Pioneer 10 crosses the orbit of Neptune, June 13, 1983
Launched on March 2, 1972, Pioneer 10 was not only the first spacecraft to cross Neptune's orbit on a course to leave our solar system, it was the first to use all-nuclear electrical power, to fly beyond Mars, to fly through the asteroid belt, and the first to fly close to Jupiter.
NASA received significant data from Pioneer 10, including data that allowed scientists to identify plasma in Jupiter's magnetic field. See a NASA diagram of Pioneer 10's systems below.
Pioneer 10 was the farthest human-made object in existence until February 17, 1998, when Voyager 1 exceeded its range. The spacecraft is presumably on its course for the red star Aldebaran, which forms the eye of the Taurus constellation, but NASA officially terminated routine contact with the vehicle on March 31, 1997 for budgetary reasons. The agency estimates it will arrive at the red star Aldebaran in approximately two million years.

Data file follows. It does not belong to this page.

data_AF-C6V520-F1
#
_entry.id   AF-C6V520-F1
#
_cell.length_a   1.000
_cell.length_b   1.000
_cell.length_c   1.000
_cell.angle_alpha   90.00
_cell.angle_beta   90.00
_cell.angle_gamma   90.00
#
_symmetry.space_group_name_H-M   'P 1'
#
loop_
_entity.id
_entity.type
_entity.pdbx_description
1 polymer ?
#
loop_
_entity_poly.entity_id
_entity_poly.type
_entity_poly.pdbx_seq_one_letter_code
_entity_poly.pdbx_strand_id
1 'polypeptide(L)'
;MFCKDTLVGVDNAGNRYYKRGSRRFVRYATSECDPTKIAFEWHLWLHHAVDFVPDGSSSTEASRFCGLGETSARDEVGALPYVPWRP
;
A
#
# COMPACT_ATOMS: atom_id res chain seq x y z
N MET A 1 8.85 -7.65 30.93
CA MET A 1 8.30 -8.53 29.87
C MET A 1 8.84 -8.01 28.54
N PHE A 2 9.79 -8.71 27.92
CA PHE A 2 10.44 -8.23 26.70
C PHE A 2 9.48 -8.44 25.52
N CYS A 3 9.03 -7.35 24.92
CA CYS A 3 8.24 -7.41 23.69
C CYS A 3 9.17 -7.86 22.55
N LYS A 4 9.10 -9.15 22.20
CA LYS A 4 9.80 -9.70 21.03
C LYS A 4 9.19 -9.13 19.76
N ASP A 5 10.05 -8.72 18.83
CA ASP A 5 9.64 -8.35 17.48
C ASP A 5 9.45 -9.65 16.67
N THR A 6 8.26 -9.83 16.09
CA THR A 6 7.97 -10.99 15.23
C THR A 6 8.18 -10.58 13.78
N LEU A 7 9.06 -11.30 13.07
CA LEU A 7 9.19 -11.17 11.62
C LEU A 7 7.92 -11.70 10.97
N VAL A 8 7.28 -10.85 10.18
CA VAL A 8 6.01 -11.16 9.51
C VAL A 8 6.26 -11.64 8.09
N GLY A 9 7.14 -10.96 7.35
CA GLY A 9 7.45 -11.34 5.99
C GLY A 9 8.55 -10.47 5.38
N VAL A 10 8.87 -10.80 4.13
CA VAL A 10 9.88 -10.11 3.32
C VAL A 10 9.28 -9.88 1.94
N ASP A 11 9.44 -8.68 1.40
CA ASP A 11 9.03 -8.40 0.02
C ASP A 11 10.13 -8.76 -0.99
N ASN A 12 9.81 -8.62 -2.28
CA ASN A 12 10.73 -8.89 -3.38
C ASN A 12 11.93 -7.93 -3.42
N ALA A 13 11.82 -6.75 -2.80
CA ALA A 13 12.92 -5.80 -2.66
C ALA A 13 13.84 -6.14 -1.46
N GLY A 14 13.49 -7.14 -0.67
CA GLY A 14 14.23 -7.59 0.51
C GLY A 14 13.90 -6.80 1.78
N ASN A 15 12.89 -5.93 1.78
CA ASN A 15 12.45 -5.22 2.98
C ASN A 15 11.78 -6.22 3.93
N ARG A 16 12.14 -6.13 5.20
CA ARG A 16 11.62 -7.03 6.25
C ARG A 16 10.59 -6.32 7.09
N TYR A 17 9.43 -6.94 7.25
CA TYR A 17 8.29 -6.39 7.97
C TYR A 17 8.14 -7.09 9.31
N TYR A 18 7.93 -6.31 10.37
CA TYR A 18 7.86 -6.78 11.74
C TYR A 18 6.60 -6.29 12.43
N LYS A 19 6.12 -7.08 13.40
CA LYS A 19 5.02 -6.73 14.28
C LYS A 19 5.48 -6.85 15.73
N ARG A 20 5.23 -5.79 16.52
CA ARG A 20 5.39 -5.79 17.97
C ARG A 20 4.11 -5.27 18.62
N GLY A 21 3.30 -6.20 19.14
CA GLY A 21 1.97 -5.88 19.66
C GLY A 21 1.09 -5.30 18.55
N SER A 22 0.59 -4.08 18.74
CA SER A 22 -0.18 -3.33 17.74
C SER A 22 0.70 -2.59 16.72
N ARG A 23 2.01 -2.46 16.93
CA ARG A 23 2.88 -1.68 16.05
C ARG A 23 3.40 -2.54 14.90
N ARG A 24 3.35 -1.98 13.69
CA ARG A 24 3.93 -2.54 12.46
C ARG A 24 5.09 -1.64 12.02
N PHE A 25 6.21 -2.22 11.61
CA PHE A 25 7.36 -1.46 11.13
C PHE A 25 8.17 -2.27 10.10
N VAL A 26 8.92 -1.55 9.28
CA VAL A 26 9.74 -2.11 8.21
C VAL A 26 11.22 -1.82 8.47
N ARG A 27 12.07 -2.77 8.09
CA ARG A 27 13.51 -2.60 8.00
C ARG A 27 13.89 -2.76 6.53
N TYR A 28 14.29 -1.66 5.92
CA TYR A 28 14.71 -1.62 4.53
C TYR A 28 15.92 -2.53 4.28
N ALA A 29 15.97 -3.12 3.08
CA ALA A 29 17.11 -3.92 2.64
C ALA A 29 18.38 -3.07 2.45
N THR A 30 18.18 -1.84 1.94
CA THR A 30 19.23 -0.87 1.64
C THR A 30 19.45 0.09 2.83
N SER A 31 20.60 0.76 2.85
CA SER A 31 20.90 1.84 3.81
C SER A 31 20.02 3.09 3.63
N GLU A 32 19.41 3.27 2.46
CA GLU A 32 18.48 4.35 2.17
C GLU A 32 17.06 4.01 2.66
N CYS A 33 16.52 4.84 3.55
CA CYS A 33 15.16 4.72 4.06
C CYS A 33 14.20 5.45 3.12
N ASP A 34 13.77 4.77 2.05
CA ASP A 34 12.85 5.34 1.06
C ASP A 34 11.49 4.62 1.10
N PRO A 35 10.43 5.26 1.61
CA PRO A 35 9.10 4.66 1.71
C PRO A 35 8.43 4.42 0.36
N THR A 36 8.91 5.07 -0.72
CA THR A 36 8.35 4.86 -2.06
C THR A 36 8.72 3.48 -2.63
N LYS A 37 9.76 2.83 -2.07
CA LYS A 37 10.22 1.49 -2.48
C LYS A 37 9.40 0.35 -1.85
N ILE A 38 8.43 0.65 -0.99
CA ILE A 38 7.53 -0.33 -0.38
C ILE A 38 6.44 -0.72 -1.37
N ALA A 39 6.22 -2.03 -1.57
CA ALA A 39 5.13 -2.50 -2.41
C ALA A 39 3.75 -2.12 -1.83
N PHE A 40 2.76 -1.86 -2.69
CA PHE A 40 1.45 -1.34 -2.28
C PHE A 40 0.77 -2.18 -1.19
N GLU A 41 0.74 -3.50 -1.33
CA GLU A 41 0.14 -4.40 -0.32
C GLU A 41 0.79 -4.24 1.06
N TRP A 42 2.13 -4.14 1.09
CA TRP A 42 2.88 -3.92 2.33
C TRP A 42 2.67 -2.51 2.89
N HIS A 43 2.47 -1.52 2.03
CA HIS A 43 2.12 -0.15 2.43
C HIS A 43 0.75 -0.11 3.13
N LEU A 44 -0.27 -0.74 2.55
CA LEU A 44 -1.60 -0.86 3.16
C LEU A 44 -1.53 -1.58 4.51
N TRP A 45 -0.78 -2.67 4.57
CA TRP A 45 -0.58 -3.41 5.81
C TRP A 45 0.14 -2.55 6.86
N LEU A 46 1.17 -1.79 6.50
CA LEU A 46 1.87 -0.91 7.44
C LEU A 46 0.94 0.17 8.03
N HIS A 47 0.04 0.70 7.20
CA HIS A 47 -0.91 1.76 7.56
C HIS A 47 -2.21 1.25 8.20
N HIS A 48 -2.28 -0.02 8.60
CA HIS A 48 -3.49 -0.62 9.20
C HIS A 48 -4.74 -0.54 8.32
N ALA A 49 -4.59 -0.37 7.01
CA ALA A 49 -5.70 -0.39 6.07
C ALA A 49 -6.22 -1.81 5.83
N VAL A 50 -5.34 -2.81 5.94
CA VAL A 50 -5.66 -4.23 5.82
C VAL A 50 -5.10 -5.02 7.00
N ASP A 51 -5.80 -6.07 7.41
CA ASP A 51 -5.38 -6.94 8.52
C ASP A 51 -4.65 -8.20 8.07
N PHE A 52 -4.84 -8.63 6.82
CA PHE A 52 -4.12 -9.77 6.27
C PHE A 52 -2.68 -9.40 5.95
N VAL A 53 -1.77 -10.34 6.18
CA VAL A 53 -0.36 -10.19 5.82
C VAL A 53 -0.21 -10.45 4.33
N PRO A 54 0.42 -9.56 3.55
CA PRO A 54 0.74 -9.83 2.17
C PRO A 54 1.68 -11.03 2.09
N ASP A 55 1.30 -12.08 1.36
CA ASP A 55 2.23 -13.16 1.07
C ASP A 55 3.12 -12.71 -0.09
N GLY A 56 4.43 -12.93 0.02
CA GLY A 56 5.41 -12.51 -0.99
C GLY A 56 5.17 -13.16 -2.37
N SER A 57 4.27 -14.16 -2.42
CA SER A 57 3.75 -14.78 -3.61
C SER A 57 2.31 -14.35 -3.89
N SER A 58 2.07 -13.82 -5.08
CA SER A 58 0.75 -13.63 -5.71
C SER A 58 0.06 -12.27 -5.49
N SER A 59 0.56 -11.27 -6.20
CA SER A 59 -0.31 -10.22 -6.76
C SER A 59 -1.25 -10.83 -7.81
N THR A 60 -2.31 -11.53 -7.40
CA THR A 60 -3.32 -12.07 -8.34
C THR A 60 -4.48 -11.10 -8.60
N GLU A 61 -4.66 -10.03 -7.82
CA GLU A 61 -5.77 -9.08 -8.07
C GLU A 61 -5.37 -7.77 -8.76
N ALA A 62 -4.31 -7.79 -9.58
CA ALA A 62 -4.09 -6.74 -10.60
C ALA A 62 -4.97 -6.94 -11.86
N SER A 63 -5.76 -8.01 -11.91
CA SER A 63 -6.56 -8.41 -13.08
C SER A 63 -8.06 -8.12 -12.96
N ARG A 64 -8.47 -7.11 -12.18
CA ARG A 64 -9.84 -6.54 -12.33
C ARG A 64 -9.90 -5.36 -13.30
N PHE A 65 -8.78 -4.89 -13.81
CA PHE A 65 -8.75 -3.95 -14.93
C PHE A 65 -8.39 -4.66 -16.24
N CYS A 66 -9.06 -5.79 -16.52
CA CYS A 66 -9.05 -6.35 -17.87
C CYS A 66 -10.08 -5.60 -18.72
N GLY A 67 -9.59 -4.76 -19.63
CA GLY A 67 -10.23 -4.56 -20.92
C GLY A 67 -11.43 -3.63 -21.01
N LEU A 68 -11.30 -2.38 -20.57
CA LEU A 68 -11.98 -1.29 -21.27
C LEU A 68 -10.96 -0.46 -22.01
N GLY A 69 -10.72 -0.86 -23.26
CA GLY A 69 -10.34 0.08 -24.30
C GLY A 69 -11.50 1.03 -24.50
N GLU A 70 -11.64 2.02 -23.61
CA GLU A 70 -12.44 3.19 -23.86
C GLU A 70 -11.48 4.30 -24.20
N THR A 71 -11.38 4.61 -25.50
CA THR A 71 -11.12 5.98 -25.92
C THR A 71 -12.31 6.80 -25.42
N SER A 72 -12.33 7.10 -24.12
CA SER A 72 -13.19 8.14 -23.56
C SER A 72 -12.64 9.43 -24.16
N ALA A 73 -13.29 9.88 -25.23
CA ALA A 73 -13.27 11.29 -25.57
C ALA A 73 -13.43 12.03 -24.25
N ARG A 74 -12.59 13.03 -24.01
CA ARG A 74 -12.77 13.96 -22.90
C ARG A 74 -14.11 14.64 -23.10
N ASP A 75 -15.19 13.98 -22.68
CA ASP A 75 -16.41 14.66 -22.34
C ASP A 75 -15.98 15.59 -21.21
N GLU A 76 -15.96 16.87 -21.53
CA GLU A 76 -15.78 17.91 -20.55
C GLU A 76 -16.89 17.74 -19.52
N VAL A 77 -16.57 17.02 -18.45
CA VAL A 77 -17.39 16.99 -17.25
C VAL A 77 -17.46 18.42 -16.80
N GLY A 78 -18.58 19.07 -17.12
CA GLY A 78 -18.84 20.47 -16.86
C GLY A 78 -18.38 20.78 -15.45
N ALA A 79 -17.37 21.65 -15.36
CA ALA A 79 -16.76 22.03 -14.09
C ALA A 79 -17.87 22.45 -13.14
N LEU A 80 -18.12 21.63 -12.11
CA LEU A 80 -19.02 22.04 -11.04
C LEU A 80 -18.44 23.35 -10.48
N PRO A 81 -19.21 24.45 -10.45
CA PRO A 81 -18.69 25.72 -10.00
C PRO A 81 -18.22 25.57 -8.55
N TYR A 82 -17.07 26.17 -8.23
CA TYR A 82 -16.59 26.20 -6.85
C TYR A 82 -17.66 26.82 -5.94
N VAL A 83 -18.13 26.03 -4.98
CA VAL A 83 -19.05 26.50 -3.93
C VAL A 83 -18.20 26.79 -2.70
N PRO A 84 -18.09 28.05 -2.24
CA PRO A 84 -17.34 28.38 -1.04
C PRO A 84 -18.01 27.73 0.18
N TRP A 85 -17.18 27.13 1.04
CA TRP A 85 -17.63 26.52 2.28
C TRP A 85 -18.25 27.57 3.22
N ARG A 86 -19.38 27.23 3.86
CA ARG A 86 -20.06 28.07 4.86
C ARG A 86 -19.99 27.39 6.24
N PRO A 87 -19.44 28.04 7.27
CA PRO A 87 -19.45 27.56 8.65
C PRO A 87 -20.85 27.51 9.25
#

Intermittent contact continued with collection of data from the Geiger tube telescope and the charged-particle instrument, but the spacecraft’s signal was last detected on January 22, 2003. NASA engineers believe the radioisotope power source has decayed, preventing it from sending transmissions to Earth.
Should Pioneer 10 ever interact with alien life, a plaque with information about Earth and humans is on board.
- Pioneer 0 moon orbiter explodes, August 17, 1958
- Voyager 1 makes closest approach to Jupiter, March 5 1979
- Slideshow: NASA’s Deep Space Network
- NASA: Revealing the unknown to benefit all humankind
For more moments in tech history, see this blog. EDN strives to be historically accurate with these postings. Should you see an error, please notify us.
Editor's note: This article was originally posted on June 13, 2012, and edited on June 13, 2017.